NAFDAC Approves Pfizer COVID-19 Vaccine

   Advertisement The National Agency for Food and Drug Administration and Control  (NAFDAC) has approved the use of Pfizer COVID-19 in Nigeria.  NAFDAC’s approval … Continue reading NAFDAC Approves Pfizer COVID-19 Vaccine


LAS VEGAS, NEVADA – JANUARY 12: A vial of the Pfizer-BioNTech COVID-19 vaccine is displayed at UNLV on January 12, 2021 in Las Vegas, Nevada. UNLV officials established the vaccination center on campus yesterday and plan to open another one next week at College of Southern Nevada in Henderson, Nevada, to distribute about 1,000 doses a week at each location to the Nevada System of Higher Education (NSHE) schools. The first vaccinations are going to front-line health care staff, including members of the UNLV medical, dental and nursing schools, people who see patients and university police officers. After that, plans are to vaccinate employees who work on campus, remaining NSHE staff and students living in on-campus housing, followed by the remaining student body and possibly the public. Ethan Miller/Getty Images/AFP Ethan Miller / GETTY IMAGES NORTH AMERICA / Getty Images via AFP

 

The National Agency for Food and Drug Administration and Control  (NAFDAC) has approved the use of Pfizer COVID-19 in Nigeria.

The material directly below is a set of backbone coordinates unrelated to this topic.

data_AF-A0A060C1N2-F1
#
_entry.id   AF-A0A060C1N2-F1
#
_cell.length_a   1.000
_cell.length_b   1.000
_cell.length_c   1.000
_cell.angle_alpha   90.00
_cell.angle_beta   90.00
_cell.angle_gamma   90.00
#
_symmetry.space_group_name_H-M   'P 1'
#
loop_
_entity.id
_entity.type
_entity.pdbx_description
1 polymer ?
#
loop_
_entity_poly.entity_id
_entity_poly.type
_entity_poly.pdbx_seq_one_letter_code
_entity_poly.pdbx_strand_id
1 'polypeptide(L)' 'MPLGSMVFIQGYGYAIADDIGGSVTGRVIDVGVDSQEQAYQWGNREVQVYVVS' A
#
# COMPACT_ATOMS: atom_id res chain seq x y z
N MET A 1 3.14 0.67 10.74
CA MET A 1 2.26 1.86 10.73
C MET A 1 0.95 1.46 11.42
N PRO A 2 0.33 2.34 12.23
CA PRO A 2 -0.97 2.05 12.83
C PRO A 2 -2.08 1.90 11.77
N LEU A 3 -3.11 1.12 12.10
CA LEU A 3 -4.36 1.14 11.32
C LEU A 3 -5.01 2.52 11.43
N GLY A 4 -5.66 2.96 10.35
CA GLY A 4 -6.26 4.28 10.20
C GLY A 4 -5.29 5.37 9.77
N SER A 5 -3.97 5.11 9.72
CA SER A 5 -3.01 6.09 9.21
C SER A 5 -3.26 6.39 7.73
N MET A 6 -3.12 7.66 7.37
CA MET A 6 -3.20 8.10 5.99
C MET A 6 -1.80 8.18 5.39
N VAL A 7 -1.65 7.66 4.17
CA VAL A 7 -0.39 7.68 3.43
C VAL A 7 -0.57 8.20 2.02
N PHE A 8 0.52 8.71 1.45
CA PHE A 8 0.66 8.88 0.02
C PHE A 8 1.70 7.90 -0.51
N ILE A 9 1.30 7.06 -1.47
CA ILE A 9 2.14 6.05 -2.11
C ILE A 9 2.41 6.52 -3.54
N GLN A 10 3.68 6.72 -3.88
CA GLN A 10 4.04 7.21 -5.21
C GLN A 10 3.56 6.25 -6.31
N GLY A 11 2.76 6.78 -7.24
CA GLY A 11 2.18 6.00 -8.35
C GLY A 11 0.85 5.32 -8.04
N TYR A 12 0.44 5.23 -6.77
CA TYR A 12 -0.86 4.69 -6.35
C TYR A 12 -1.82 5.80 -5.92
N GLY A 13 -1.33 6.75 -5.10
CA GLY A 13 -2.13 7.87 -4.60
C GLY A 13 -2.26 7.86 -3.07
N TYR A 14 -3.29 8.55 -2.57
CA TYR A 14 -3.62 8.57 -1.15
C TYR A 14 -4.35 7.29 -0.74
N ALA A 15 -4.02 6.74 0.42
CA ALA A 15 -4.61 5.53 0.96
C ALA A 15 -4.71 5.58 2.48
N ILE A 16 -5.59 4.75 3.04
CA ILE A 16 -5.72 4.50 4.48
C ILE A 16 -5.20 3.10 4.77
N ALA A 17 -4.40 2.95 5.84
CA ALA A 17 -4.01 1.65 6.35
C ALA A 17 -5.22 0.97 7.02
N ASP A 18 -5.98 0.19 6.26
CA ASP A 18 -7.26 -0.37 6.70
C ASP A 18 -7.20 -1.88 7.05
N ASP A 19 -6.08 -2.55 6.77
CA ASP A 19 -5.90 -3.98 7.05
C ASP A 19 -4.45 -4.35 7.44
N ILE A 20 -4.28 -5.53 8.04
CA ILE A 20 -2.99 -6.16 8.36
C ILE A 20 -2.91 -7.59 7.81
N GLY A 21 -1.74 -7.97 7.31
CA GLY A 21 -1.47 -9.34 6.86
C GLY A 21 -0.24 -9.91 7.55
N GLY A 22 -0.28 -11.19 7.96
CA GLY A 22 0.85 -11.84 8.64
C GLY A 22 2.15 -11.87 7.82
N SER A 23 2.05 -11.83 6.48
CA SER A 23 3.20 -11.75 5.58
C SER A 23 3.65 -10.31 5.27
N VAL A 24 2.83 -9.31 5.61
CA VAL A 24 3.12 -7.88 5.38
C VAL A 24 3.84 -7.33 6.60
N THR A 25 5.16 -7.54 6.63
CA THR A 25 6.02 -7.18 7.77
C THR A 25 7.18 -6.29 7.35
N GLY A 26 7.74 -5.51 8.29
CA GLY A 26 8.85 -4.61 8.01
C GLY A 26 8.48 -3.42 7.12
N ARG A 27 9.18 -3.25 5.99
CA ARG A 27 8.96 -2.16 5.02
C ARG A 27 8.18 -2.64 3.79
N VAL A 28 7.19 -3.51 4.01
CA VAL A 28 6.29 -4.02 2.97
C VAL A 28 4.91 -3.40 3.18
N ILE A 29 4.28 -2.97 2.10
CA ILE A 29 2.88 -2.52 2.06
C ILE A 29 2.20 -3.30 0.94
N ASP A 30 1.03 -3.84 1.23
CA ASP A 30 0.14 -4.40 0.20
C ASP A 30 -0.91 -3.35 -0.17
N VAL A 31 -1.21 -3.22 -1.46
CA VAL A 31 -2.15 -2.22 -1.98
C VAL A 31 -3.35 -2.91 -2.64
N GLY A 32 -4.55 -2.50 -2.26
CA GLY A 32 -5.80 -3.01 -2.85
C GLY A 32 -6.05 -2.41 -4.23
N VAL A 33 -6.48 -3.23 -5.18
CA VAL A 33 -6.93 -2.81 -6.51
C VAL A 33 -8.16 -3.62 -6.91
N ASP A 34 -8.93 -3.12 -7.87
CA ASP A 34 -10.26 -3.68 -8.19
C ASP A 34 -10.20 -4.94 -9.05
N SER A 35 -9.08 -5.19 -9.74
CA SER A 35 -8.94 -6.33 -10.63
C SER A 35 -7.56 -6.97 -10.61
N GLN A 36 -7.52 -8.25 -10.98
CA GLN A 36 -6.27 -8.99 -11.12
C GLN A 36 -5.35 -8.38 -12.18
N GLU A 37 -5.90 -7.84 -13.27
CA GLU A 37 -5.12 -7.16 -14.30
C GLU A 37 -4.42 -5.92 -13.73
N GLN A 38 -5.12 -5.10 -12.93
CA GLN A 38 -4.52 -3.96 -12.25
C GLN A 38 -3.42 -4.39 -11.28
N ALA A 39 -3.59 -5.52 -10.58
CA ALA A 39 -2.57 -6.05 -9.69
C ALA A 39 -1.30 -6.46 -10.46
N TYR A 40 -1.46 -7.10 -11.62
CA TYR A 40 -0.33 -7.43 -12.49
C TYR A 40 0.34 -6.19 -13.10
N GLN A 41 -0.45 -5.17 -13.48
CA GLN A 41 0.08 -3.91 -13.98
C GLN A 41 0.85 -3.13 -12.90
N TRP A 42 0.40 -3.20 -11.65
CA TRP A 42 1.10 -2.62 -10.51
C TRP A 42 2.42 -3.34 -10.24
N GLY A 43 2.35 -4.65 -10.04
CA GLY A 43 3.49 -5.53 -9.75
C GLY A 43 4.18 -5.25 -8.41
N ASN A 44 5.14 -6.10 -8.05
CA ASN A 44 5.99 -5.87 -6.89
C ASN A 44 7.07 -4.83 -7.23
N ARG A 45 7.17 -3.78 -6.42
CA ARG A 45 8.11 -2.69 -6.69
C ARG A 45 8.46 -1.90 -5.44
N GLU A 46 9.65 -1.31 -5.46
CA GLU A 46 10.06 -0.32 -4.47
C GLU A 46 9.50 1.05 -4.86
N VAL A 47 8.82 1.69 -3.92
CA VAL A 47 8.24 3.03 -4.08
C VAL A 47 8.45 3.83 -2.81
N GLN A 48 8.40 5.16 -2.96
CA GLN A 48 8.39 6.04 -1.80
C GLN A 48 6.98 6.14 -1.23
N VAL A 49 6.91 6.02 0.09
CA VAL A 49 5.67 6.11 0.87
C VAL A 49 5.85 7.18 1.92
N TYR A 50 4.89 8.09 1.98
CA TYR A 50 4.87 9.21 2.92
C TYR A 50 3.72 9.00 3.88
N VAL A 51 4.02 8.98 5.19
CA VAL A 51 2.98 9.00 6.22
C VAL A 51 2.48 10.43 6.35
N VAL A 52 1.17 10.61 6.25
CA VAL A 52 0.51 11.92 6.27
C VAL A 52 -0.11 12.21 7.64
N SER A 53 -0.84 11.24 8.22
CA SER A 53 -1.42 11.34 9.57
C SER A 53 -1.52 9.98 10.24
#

NAFDAC’s approval is coming a few months after it gave a nod for the use of the Oxford-Astrazeneca jabs.

The Director-General of the agency, Mojisola Adeyeye announced this during a virtual meeting on Friday in Abuja, explaining that the vaccine is for emergency use.

NAFDAC DG during the virtual meeting.

 

Earlier in March, Nigeria had received 3.9 million doses of the Astranezeneca jabs and flagged off the vaccination exercise during an event organized by the National Primary Health Care Development Agency (NPHCDA) in Abuja.

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“I think that is about the best news we’ve heard since,” said medical doctor, Ngong Cyprian, the first person to take the vaccine in Nigeria. “I only wished my dad had had this vaccine, maybe months ago or so. We lost him but we thank God, and the fight is still on and we will win.”

Nigeria got its first doses of the vaccines one year after COVID-19 was confirmed in the country. Photo: [email protected]

 

Since the vaccination campaign began, over 600, 000 persons have taken the jabs, as the country records a lower number of infections.

‘Mild Reactions’ 

While many countries had stopped the use of the AstraZeneca vaccine following reports of a blood clot, the NPHCDA was quick to douse fears, saying those who took the vaccines in the country only experienced mild side effects.

“While the mild reactions include body pains and swelling, the moderate to severe adverse events presented were fever, vomiting, diarrhea, headaches, dizziness, and allergic reactions,” the agency added.

To ensure the availability of the vaccines, the Executive Director of the NPHCDA, Faisal Shuaib, said the Nigerian government is expecting about 29.8 million doses of the Johnson & Johnson (J&J) COVID-19 jab.

He said the government signed off to receive the vaccines through the African Union (AU), while vaccine deliveries through the COVAX facility were expected by the end of May or early June.